Learning Unreal Blueprints for VR

I enrolled in Udacity’s Learn Unreal VR Program to gain a better understanding of Unreal Engine and to learn blueprint coding. I have used my VR headset for gaming and 3D modeling purposes, but never to develop any sort of interface or user interaction. As these are growing interests of mine, this course was a perfect fit to gain new skill sets in these areas.

The course’s primary focus was not to teach you how to model or bring assets into Unreal, but rather on how to create an experience for the user. For example, I learned how to set up a player pawn and user controls, set up blueprints for assets to make them interactive to the user, and how to begin creating interfaces for timers, scores, etc.

The first project was a to create a game called “Kitchen Cleanup”. The game involved the user picking up randomly spawned plates and cleaning them in the sink. My job was to:

  1.  Create a player pawn with a controller that had the ability to interact with plates (using blueprint interfaces)
  2.  Spawn plates every few seconds that could be interacted with (randomly spawned at target points)
  3.  Create a sink that would read if a plate was in it (AKA overlapping it’s collision box) and “clean it” (destroy the actor after a 2 second delay)
  4. Develop a timer and score system that the player could see, a method to start and end the game (event dispatchers) and a start menu (interface widgets)

The course ultimately gave me the skills I needed to develop the game. Here’s a preview (sorry, WordPress only accepts my grainy GIF rather than video):


Other than the actual mechanics of the game, I threw together the main menu logo in Illustrator:KitchenCleanUp.png

I also added a particle emitter to depict “bubbles” near the sink (a texture created in photoshop). Overall, the game was a blast to make. I will make a second post regarding the second project once it’s been reviewed by Udacity.



Printing a Mount for the Oculus Rift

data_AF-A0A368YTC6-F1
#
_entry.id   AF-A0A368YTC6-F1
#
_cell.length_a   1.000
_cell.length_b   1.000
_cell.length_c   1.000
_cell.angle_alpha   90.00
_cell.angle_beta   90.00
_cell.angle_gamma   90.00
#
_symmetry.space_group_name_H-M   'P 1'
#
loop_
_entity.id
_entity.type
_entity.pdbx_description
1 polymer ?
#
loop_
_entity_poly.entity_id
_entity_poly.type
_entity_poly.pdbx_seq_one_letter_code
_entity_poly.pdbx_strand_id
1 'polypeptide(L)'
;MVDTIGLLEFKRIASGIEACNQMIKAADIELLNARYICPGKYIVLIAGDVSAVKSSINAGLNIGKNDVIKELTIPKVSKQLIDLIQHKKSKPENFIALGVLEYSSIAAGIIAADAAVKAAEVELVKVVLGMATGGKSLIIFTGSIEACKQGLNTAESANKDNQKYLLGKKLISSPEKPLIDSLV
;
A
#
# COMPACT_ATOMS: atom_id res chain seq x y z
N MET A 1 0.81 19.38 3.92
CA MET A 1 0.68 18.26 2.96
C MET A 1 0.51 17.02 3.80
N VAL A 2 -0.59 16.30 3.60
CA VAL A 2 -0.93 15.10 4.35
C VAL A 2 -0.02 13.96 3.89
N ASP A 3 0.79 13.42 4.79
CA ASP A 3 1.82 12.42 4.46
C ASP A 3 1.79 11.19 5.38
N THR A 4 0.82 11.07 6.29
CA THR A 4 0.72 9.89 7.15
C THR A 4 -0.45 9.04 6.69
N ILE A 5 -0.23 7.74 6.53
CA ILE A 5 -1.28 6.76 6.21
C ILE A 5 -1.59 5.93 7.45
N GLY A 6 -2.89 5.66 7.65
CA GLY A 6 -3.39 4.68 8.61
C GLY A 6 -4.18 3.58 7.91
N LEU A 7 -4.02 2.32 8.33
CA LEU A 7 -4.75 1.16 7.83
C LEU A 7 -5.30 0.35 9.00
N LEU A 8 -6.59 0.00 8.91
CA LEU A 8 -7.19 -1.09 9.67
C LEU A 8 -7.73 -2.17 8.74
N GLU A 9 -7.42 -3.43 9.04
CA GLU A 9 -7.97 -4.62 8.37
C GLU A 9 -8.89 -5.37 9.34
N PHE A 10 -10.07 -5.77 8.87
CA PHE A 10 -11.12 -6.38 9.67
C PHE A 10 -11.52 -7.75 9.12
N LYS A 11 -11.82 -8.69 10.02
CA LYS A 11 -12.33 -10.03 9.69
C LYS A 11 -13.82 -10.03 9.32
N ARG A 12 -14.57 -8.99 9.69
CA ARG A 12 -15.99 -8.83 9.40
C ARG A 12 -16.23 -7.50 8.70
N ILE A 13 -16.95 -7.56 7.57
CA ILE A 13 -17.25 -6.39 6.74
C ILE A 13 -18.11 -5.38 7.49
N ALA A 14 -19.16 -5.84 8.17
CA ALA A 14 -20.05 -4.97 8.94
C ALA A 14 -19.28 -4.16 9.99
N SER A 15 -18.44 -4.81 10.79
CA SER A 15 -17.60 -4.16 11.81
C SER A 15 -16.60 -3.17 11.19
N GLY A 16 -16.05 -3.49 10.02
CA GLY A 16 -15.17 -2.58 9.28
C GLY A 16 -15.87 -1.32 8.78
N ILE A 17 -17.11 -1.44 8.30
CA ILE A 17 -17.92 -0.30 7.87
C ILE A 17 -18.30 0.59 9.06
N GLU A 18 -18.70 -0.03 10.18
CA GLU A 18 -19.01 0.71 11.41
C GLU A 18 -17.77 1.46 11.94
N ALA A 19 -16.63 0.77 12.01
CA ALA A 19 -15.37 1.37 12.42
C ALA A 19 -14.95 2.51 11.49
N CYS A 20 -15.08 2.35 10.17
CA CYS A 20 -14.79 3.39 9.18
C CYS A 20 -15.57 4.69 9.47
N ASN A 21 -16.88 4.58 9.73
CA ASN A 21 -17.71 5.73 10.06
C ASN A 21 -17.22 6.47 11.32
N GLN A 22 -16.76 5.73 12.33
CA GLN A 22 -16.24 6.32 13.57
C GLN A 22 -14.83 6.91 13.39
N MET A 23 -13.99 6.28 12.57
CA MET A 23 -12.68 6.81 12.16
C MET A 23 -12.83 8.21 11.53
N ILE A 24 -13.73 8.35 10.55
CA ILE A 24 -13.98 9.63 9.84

To start with:


Secondly, this is what happens when you leave a print running and go to work:


So maybe that doesn’t happen all the time, but I sure did waste a lot of wood filament. I was in the process of printing a wall mount for my Rift and touch controllers. I originally downloaded both models from Thingiverse, but I made some modifications to the mount for the HMD (scaled it along the X axis, added a curved surface since I’m constantly scared of UV light screwing up my lens):


During the middle of the second try (this time with ABS), the extruder clogged. Lucky for me, I’ve dealt with that issue before (see my post about extruder clogs…) and was able to quickly disassemble the extruder, declog it, and reassemble. Hey, it only took a few hours rather than a few days! For my third try, I decided to just go with Prusa’s standard PLA:


And the final products, mounted to the wall in all their glory:


Yay for useful prints!

UX/UI Design through a DesignLab Course

I decided to take a UX/UI design course because it’s a topic I’ve always been interested in. As an architect, it is my job to determine how a person uses and interacts with a space (in my case, a physical building or place). However, I am very interested in virtual interaction, particularly in VR, and was hoping to gain knowledge from this design course. First, I’m just going to give my overall thoughts of the course I took, “UX: Interaction Design” with DesignLab, and then I’ll jump into what we learned and what I felt I gained from it all.

To be upfront: the class itself was a bit pricey, and I felt it didn’t give me everything I was looking for. The course seemed to be geared towards someone with little or no background in design, and of course since my background is design, it felt lackluster. The topics were broad and lectures seemed to only scrape the surface of true UX/UI.  My tutor was really nice, but I felt like we just went over topics discussed in the online lectures and nothing more. At the end of the course, I realized what I needed was not information regarding what UX/UI is (because as a designer, I should already have a grasp of interface design and how clients interact with my work). Rather, I needed the tools to begin building these UX/UI interfaces. On a positive note, I did gain some of these skill sets.

The overall project was designing a website for an online grocery store. Firstly, I learned how to analyze and compare competitor’s work, as seen below:


After analyzing the competitor, it was time to start working with site maps and user flows. Sketching out how one’s site would work and how people would move through it was not as easy as I thought, and I had to go through a few more competitor sites and draw a few flow iterations before I could come up with this:


After creating a user flow diagram, I set up wireframes to display my imagined site pages:


And lastly, I tied together the flows and wireframes to create a site map with my wireframes: